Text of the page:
Saturday, April 5, 2008

Module 6 Historical Fiction: The Green Glass Sea

The Green Glass Sea
Klages, Ellen. 2006. The Green Glass Sea. New York: Viking Press.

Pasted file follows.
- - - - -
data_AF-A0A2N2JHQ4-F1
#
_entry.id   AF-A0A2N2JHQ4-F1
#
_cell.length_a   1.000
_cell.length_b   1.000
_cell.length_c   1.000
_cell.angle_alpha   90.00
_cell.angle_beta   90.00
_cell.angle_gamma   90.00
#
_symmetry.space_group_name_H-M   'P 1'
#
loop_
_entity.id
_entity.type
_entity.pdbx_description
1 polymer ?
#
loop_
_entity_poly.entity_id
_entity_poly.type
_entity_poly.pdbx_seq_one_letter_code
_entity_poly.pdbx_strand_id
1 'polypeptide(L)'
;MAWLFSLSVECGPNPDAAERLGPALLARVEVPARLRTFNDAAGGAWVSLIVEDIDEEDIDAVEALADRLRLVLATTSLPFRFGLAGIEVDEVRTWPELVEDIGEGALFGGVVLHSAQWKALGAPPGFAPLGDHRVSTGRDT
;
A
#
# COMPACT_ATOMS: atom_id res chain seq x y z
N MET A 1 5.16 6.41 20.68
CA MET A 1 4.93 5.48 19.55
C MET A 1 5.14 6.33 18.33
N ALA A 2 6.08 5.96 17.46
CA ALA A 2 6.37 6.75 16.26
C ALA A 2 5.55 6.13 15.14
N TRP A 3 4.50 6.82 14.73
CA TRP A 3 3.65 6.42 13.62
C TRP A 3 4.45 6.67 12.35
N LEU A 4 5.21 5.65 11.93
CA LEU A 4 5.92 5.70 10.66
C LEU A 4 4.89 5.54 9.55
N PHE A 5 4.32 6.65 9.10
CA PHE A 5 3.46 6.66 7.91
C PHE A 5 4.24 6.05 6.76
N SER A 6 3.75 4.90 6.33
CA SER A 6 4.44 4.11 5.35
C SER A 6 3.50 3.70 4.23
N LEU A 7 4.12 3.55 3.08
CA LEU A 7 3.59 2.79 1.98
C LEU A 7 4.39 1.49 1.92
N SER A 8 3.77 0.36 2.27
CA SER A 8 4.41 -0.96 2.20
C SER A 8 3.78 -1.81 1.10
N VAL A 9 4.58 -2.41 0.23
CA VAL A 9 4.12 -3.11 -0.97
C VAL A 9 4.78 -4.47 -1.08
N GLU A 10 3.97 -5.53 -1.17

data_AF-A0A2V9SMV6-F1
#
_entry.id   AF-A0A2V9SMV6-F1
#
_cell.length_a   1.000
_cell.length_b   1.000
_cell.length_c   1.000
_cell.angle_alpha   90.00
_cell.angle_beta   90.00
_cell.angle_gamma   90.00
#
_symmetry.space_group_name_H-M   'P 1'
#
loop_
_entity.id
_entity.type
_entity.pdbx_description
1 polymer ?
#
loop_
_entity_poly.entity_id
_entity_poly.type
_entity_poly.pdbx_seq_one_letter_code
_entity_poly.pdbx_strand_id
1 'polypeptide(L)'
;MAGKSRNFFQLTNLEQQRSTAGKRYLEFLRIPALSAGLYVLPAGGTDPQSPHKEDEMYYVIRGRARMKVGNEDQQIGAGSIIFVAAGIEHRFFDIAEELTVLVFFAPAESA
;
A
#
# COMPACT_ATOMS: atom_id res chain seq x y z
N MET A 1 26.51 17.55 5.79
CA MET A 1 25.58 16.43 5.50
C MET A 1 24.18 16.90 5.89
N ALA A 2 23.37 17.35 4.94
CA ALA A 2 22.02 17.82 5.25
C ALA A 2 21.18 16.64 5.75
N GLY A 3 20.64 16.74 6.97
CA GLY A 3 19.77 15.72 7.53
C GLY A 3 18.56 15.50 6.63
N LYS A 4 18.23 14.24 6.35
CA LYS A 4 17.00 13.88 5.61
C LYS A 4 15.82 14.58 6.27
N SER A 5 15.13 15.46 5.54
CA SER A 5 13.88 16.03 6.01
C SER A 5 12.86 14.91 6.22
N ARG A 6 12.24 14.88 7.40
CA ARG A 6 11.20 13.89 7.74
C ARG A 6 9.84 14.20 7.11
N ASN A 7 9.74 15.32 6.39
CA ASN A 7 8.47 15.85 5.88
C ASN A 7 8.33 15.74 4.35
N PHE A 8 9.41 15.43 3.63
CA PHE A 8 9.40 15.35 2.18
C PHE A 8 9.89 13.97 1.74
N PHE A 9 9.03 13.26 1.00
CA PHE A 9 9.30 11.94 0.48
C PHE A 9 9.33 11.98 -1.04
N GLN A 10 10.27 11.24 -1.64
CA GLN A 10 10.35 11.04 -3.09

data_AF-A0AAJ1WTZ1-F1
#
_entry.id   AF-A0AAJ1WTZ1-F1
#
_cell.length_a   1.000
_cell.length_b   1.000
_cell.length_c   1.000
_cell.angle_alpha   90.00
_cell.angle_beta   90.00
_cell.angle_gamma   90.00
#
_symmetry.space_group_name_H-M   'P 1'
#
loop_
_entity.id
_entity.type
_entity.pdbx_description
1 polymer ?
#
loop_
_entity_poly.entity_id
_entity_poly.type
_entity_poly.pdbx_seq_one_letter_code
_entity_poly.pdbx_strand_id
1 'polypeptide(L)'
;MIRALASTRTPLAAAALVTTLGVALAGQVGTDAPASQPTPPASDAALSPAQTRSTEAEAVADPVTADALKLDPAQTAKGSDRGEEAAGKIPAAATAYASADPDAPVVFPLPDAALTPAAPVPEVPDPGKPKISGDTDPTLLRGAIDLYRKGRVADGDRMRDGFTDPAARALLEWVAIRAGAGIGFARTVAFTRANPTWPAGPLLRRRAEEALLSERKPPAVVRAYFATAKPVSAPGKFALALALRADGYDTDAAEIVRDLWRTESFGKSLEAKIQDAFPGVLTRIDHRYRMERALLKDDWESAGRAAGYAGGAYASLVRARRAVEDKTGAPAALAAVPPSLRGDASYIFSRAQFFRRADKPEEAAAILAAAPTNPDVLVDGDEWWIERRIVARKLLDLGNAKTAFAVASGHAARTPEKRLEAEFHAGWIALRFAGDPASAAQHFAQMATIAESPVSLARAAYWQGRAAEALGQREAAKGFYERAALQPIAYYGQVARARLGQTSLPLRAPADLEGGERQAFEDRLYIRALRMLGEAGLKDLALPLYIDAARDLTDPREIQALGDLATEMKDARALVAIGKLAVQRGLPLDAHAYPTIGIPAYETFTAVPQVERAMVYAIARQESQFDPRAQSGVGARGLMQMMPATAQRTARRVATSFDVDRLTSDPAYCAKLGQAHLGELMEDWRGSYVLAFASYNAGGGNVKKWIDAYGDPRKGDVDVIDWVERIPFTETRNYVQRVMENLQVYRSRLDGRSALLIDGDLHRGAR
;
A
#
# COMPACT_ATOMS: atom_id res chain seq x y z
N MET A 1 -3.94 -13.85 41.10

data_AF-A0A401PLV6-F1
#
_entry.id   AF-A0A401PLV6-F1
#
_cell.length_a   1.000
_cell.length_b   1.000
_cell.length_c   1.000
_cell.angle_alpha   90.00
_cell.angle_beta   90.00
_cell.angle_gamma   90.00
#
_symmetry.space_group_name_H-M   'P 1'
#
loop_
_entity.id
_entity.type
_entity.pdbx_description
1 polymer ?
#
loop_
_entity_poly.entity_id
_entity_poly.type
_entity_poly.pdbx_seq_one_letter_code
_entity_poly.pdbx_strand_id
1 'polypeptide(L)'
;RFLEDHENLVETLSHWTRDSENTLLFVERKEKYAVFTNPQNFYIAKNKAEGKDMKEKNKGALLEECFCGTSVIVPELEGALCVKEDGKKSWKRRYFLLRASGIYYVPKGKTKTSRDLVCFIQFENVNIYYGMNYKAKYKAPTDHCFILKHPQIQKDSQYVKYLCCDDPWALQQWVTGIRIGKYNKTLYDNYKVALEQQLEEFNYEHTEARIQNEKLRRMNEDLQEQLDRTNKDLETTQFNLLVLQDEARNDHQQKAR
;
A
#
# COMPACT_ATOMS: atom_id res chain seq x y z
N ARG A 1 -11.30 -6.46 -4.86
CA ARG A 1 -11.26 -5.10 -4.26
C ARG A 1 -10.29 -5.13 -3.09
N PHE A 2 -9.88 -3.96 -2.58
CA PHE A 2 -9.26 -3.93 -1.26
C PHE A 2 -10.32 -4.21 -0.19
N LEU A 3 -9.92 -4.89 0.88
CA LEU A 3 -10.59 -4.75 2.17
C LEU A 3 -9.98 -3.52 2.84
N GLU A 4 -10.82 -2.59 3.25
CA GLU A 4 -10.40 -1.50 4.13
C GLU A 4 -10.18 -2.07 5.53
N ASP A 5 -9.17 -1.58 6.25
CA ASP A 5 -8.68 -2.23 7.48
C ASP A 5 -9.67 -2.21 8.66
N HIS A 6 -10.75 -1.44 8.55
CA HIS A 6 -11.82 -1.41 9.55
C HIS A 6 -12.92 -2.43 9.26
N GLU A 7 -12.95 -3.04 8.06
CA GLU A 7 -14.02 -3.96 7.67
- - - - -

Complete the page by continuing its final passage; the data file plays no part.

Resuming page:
Dewey Kerrigan struggles to keep afloat as she charts her course in life. After her grandmother suffers a stroke and is forced to move into a nursing home, Dewey once again faces abandonment as she travels across the country to live with her often-absent father. Looking forward for the opportunity to spend time with him, she moves to a mysterious, uncharted town, Los Alamos, New Mexico, where Mr. Kerrigan works with scientists and engineers to create a secret ‘gadget’ during World War II. Dewey, with her love for order and rules moves in with Suze, an unruly, boorish classmate, when her father must leave again. The two begin to bond and find common ground in comic book heroes which act as somewhat of an allegory for the ‘larger than life’ world in which they find themselves. They escape into the comics as a way to find some sort of purpose for their gifts. Dewey, with her skills at machinery and technology and Suze with her gift of art and creativity come together to overcome their differences and face the world and all its problems. Set against the stark, primitive backdrop of the barren Southwest, Scott O’Dell Award Winner Ellen Klages paints a poignant picture of friendship, acceptance, and loss in The Green Glass Sea. The story stays true to the time period with appropriate dialog, phrases, music and entertainment references. Klages’ offers up some often overlooked impacts of the Los Alamos situation. The children and community members of that particular group faced many challenges such as when high school seniors wanted to apply to college they were denied because their school, much less, town did not even exist due to its top secret security. Family members cards and letters were screened as if they were prisoners. The title, itself, refers to the test bomb dropped on White Sands, New Mexico and how the heat of that event turned the sand to a ‘green glass sea’. Klages’ hits her mark with this one.

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